Table of Contents

international customers and the Transportation Security Administration (TSA) and (3) $32 million for MSI due to timing of deliveries of shipbuilding products to a foreign navy and commercial customers. The Mustang Technology Group acquisition increased sales by $41 million.

Sales from services decreased by $144 million to $4,147 million for the year ended December 31, 2014, compared to $4,291 million for the year ended December 31, 2013. Service sales represented 38% of consolidated net sales for each of the years ended December 31, 2014 and 2013. Sales from services decreased: (1) $72 million due to lower volume for Aircraft Systems to the USAF from the DoD’s retirement of the JCA, (2) $46 million due to lower sales for small ISR aircraft fleet management services to the DoD due to the U.S. military drawdown in Afghanistan, (3) $19 million due to a lower mix of services sales primarily for Tactical Satellite Communications and (4) $7 million due to lower demand for field maintenance and sustainment services for USAF training aircraft. See the reportable segment results for additional discussion of our segment sales trends.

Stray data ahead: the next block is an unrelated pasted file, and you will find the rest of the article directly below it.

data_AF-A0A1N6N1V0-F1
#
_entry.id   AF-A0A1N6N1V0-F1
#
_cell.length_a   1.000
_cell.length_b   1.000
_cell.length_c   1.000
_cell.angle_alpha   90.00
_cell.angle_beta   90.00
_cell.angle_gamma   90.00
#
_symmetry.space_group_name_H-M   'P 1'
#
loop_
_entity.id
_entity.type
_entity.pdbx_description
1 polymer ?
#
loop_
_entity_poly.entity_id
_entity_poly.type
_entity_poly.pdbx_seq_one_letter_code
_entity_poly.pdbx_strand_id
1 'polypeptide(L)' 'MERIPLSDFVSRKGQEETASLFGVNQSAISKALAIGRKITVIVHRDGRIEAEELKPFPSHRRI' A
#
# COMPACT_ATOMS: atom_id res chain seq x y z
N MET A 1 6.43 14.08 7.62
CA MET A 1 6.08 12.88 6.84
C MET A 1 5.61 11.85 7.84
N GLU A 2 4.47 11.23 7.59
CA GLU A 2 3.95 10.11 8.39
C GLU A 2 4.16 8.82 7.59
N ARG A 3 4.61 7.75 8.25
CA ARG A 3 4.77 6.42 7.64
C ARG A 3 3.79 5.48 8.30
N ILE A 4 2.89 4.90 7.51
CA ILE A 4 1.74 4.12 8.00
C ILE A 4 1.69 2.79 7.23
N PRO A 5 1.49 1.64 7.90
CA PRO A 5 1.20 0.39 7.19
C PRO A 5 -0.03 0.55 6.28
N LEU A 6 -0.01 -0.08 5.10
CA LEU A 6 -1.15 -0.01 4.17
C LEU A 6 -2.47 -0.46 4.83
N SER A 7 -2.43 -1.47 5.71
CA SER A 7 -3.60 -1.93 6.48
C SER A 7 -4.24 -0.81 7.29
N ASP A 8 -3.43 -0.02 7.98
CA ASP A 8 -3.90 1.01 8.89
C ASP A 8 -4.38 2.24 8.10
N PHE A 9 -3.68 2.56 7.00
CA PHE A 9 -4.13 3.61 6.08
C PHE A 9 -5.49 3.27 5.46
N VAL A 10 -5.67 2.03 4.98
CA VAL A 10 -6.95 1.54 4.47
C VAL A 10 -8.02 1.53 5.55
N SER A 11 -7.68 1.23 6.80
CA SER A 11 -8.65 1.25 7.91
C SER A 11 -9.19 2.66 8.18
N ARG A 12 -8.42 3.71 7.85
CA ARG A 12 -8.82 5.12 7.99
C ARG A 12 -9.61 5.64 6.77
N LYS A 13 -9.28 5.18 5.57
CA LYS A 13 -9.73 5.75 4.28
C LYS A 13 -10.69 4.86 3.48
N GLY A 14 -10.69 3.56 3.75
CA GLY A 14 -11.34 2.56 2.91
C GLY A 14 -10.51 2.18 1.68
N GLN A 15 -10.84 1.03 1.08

Operating income and operating margin: Operating income for the year ended December 31, 2014 of $1,012 million decreased $105 million, or 9%, compared to the year ended December 31, 2013. Operating margin decreased by 60 basis points to 9.2% for the year ended December 31, 2014, compared to 9.8% for the year ended December 31, 2013. Operating margin decreased by: (1) 130 basis points due to lower sales and mix changes and unfavorable contract performance adjustments in the Aerospace Systems segment and $25 million of outside accounting and legal advisory costs incurred in connection with the internal review of the Aerospace Systems segment and (2) 20 basis points due to a charge of $18 million in the Electronic Systems segment related to a product specifications matter. These decreases were partially offset by lower pension expense of $94 million ($59 million after income taxes, or $0.67 per diluted share), which increased operating margin by 90 basis points. See the reportable segment results below for additional discussion of segment operating margin trends.